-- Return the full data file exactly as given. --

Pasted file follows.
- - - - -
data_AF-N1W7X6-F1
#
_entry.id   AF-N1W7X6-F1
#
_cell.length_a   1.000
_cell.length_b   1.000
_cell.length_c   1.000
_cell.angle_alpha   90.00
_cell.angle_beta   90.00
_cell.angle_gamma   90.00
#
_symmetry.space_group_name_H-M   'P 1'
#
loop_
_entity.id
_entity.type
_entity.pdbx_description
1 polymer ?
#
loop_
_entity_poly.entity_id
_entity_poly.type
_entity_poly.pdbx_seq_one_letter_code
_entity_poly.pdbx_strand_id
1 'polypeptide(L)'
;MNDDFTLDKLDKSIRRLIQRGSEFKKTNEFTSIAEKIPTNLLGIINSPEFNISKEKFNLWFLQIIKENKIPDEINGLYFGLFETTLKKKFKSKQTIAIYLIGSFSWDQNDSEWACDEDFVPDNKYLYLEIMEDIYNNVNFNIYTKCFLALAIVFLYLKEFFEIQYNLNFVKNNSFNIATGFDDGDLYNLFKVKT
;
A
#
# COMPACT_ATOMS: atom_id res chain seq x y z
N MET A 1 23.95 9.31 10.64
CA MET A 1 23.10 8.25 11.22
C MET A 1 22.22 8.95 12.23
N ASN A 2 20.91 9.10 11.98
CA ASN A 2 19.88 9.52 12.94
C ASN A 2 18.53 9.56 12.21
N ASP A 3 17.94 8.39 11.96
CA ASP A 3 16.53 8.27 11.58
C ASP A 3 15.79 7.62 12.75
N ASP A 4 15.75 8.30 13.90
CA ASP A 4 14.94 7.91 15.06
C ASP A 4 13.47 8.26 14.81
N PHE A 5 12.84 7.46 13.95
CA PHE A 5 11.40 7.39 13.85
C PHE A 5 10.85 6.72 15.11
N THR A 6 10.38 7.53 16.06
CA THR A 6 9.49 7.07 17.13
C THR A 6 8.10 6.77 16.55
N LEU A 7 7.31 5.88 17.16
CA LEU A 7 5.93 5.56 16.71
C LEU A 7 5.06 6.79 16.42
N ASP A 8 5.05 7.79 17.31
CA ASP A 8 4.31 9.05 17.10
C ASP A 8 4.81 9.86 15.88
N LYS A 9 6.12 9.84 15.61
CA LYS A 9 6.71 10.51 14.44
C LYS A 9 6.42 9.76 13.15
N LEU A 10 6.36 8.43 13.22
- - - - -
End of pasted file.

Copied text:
data_AF-N1W7X6-F1
#
_entry.id   AF-N1W7X6-F1
#
_cell.length_a   1.000
_cell.length_b   1.000
_cell.length_c   1.000
_cell.angle_alpha   90.00
_cell.angle_beta   90.00
_cell.angle_gamma   90.00
#
_symmetry.space_group_name_H-M   'P 1'
#
loop_
_entity.id
_entity.type
_entity.pdbx_description
1 polymer ?
#
loop_
_entity_poly.entity_id
_entity_poly.type
_entity_poly.pdbx_seq_one_letter_code
_entity_poly.pdbx_strand_id
1 'polypeptide(L)'
;MNDDFTLDKLDKSIRRLIQRGSEFKKTNEFTSIAEKIPTNLLGIINSPEFNISKEKFNLWFLQIIKENKIPDEINGLYFGLFETTLKKKFKSKQTIAIYLIGSFSWDQNDSEWACDEDFVPDNKYLYLEIMEDIYNNVNFNIYTKCFLALAIVFLYLKEFFEIQYNLNFVKNNSFNIATGFDDGDLYNLFKVKT
;
A
#
# COMPACT_ATOMS: atom_id res chain seq x y z
N MET A 1 23.95 9.31 10.64
CA MET A 1 23.10 8.25 11.22
C MET A 1 22.22 8.95 12.23
N ASN A 2 20.91 9.10 11.98
CA ASN A 2 19.88 9.52 12.94
C ASN A 2 18.53 9.56 12.21
N ASP A 3 17.94 8.39 11.96
CA ASP A 3 16.53 8.27 11.58
C ASP A 3 15.79 7.62 12.75
N ASP A 4 15.75 8.30 13.90
CA ASP A 4 14.94 7.91 15.06
C ASP A 4 13.47 8.26 14.81
N PHE A 5 12.84 7.46 13.95
CA PHE A 5 11.40 7.39 13.85
C PHE A 5 10.85 6.72 15.11
N THR A 6 10.38 7.53 16.06
CA THR A 6 9.49 7.07 17.13
C THR A 6 8.10 6.77 16.55
N LEU A 7 7.31 5.88 17.16
CA LEU A 7 5.93 5.56 16.71
C LEU A 7 5.06 6.79 16.42
N ASP A 8 5.05 7.79 17.31
CA ASP A 8 4.31 9.05 17.10
C ASP A 8 4.81 9.86 15.88
N LYS A 9 6.12 9.84 15.61
CA LYS A 9 6.71 10.51 14.44
C LYS A 9 6.42 9.76 13.15
N LEU A 10 6.36 8.43 13.22